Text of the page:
Planning a Home Funeral? What You Need to Know to Plan a Family-Directed Home Funeral

    May 24, 2013 1 Comment


Planning a Home Funeral: How to Plan a Home Funeral

For some, caring for a loved one after they have died provides a great deal of comfort and closure. With a family-directed home funeral, family members can participate in some or all after-death care.

In an interview with Charlene Elderkin, a Home Funeral Educator at Threshold Care Circle, we learned how families can plan a home funeral for their loved ones.

Wondering how you can plan a family-directed funeral service? Interested in helping care for a deceased loved one? Read our conversation for Charlene’s insights on home funerals.

What is a home funeral exactly?
A home funeral is a funeral option that enables family members and friends to care for their own deceased loved ones. Also called home-based death care, family-directed funerals, and home-centered funerals, home funerals give individuals the opportunity to participate in some or all after-death care. Such care may include laying out the deceased, arranging for a home visitation of the body, preparing the body for burial or cremation, filing death-related paperwork, or facilitating the final disposition such as digging the grave. It’s important to note that home funerals may occur entirely within the family home or not. They may take place in a religious institution or event center, or even a within a funeral home. What makes a home funeral is not the location but the people involved.

How can un-trained people, or people who have never planned a funeral service provide a home funeral for their loved one?
When it comes to home funerals, preparing in advance and doing research can be invaluable. There are plenty of resources to guide you through. If you can, it is very helpful to take a class and walk your body through the process. Threshold Care Circle, along with a variety of other organizations, provides workshops and classes that can prepare you to care for your family member after death at home, and to carry out a home or family-directed funeral with or without the services of a funeral director. Those who are interested in finding training near them can visit the Home Funeral Alliance website for more information. Those interested in learning about home funerals can also form a group of three or four people, do the research, and support one another. That’s how we got started in 2006. None of us were trained – just motivated. Undertaken with Love has an excellent workbook to guide you through the formation of your own “circle of care.” Threshold Care Circle also offers a basic description on how individuals can care for their deceased loved ones.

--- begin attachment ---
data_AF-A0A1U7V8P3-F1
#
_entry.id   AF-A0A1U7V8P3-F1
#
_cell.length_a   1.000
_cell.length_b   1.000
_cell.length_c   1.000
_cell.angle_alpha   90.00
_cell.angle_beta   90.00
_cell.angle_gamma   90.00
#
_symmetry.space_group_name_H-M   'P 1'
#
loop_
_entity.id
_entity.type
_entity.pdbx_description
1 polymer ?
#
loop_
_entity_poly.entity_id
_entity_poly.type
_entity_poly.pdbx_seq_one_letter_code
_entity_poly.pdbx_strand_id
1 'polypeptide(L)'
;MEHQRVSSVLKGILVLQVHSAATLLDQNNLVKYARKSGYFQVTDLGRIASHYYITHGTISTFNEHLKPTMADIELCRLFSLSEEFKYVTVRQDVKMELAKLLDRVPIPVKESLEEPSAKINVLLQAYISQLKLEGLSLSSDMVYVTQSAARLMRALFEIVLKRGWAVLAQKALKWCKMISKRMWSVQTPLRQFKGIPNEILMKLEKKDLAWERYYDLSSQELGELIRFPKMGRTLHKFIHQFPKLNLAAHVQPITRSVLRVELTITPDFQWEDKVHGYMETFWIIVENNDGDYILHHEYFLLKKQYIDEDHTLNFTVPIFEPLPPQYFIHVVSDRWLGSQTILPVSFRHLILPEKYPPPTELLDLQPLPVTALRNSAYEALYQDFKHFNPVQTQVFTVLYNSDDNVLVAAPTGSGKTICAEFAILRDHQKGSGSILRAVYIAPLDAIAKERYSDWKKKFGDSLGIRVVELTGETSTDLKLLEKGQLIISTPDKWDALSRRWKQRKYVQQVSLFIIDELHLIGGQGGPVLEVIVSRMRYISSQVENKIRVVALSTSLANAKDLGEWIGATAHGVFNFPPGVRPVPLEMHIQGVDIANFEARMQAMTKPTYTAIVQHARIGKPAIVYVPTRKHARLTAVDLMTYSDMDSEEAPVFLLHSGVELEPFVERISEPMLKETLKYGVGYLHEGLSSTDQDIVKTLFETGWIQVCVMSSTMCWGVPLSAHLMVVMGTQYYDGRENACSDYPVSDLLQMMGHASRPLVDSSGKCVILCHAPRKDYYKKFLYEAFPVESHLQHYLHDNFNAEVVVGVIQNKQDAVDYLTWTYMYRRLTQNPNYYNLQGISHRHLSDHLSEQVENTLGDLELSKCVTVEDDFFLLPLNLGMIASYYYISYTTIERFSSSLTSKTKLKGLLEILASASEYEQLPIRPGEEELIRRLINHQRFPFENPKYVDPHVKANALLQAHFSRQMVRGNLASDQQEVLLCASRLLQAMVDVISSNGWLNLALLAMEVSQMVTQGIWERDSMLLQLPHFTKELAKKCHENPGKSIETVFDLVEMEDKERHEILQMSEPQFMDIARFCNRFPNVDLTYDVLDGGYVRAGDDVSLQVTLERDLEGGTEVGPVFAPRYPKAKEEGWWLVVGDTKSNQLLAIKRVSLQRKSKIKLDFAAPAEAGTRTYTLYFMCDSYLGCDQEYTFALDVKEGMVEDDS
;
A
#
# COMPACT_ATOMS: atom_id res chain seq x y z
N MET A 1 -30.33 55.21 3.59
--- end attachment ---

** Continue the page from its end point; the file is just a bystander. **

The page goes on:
Are home funerals legal across all states?
A few states require the use of a funeral director to fill out the death certificate and other legal paperwork and/or provide transportation. You can find your state laws on the Funeral Ethics website. It is important to do your research ahead of time! If you do choose or are required to use a funeral director for some of the funeral services, remember you are employing them. You can still care for the body, have your loved one’s body at home, and hold a vigil. Many professionals, even those in positions who should know, do not know your legal rights. By doing research ahead of time and joining together with family and community members willing to assist when the time comes, you can act with confidence and peacefulness. You really have more choices than you think.

Why should individuals consider home funerals for their loved ones?
Home funerals give friends and family members the opportunity to come together after a traumatic event and create a more personal funeral service. For some, working together and helping in the final farewell is therapeutic. Additionally, family members and friends often have more time with the departed during home funerals, as loved ones prepare the body, memorialize, celebrate, and grieve their loved one, and finally transport the body. Another factor to consider around funeral options is cost. Home funerals are typically less expensive than other funeral options since family members and friends are helping with the after-death care.